From Andrew Morse at ABC News, who has been aggravated by yours truly and the 125,000 other petitioners from Color of Change since yesterday about their decision to feature serial liar, all around race baiter and professional hate hustler Andrew Breitbart, comes a letter this evening:
Dear Mr. Breitbart,
We have spent the past several days trying to make clear to you your limited role as a participant in our digital town hall to be streamed on ABCNews.com and Facebook. The post on your blog last Friday created a widespread impression that you would be analyzing the election on ABC News. We made it as clear as possible as quickly as possible that you had been invited along with numerous others to participate in our digital town hall. Instead of clarifying your role, you posted a blog on Sunday evening in which you continued to claim a bigger role in our coverage. As we are still unable to agree on your role, we feel it best for you not to participate.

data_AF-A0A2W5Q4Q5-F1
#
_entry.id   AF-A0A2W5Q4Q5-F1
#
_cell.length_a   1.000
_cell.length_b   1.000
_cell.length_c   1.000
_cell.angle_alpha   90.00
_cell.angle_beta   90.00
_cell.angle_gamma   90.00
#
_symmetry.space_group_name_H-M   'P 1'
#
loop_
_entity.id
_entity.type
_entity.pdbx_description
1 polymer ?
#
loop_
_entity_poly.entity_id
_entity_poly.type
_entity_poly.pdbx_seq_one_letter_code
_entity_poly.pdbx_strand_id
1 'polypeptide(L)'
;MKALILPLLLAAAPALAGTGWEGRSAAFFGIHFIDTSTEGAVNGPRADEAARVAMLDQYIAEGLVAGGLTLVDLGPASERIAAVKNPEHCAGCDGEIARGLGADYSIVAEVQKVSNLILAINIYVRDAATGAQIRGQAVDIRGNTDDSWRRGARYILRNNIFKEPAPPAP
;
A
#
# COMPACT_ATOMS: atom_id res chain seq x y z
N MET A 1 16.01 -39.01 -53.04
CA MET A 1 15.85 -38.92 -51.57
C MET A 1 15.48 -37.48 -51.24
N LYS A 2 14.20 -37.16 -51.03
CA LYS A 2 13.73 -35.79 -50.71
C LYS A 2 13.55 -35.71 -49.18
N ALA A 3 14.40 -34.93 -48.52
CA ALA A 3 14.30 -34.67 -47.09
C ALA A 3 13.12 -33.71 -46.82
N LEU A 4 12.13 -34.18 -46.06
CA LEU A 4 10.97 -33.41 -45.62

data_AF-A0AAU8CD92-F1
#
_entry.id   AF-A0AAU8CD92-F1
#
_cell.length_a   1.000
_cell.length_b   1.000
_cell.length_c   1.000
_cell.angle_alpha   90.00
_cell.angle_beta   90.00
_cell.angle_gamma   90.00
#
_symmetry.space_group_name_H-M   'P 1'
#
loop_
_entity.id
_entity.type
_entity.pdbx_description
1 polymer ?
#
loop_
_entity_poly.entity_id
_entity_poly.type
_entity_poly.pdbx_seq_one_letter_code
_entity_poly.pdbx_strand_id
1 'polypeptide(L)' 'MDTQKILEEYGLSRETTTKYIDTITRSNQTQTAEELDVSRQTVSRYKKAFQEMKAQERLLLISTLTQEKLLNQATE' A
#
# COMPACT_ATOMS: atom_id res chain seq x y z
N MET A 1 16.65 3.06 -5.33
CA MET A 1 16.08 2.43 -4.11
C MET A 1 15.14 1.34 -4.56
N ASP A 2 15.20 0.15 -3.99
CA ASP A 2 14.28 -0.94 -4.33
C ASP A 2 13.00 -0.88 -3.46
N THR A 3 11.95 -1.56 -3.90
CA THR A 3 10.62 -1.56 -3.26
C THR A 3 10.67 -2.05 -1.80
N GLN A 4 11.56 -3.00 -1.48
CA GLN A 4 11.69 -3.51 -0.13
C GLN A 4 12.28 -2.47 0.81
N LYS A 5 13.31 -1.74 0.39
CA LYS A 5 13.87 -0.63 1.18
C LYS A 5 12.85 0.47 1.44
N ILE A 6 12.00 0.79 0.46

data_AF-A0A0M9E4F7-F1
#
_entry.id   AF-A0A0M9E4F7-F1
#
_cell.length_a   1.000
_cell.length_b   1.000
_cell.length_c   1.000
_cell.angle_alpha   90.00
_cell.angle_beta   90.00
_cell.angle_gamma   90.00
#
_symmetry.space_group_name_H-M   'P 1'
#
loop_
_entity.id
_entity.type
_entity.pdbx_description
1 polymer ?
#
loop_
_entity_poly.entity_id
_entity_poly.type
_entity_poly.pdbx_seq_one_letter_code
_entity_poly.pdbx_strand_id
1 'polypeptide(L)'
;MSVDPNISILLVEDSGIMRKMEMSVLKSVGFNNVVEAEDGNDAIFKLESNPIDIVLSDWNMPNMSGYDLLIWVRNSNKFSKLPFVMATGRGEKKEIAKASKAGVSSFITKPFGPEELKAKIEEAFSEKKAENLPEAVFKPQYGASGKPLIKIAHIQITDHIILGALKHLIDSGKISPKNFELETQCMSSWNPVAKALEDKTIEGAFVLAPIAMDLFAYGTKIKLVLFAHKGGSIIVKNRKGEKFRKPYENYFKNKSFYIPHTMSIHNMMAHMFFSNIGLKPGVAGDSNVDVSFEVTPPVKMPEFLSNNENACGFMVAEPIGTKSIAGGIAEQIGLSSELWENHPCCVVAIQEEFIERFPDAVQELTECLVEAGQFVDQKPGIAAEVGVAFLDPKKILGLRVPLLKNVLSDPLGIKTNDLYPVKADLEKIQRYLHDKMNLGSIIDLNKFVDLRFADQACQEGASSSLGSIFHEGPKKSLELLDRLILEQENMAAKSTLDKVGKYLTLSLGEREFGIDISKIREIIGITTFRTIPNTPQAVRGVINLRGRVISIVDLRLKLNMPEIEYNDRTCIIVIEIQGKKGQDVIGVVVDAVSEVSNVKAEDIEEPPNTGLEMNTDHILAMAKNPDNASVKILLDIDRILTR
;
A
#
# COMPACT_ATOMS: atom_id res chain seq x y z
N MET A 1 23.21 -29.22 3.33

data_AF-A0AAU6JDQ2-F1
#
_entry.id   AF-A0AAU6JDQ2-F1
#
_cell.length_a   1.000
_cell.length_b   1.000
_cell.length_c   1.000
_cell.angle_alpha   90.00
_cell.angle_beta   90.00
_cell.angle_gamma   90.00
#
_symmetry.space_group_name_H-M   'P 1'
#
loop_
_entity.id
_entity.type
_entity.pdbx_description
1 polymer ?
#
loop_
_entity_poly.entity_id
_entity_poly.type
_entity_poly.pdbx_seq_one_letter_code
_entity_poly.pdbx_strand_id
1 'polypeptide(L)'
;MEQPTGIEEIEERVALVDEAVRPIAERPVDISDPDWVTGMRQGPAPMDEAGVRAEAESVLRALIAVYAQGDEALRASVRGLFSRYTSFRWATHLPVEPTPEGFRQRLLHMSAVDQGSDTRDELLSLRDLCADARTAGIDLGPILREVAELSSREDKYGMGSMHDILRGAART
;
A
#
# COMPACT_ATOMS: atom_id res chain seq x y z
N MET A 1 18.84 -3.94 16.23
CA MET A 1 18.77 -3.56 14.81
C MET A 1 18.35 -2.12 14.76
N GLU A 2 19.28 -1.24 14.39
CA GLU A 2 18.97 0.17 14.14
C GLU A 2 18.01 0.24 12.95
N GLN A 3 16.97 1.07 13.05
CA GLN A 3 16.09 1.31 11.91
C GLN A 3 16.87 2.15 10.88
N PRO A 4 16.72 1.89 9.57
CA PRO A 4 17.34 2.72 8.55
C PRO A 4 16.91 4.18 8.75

Thank you, Mr. Morse, for one of the hardest things a man who has an important job ever has to do—admit that he made an error in judgment. You stood up for decency today the way the actors used to do in those ABC After School Specials I watched growing up.
You could have invited one of a number of other extremist, fringe-element Republicans to be on your election night broadcast, or its online version, and most of us out in the hinterlands would not have blinked. But when I read last Friday that Andrew Breitbart was going to participate in your election coverage, I will tell you that just seeing his name in your press release cut me to the quick. I wrote to you on Twitter that it seemed like ABC was condoning "open season on black women."
As you and your colleagues at ABC News have discovered for yourselves in the past 24 hours, Mr. Morse, Andrew Breitbart continues to demonstrate over and over that his sole purpose in life is to fight for the right to distort the truth. As for Mr. Breitbart, the only thing that keeps coming to mind are these lines from the famous poem by Samuel Coleridge, The Rime Of The Ancient Mariner, when the Mariner realizes that he has become an outcast:
"Ah! well a-day! what evil looks
Had I from old and young!
Instead of the cross, the Albatross
About my neck was hung."
Every once in awhile, it seems, good still triumphs over evil.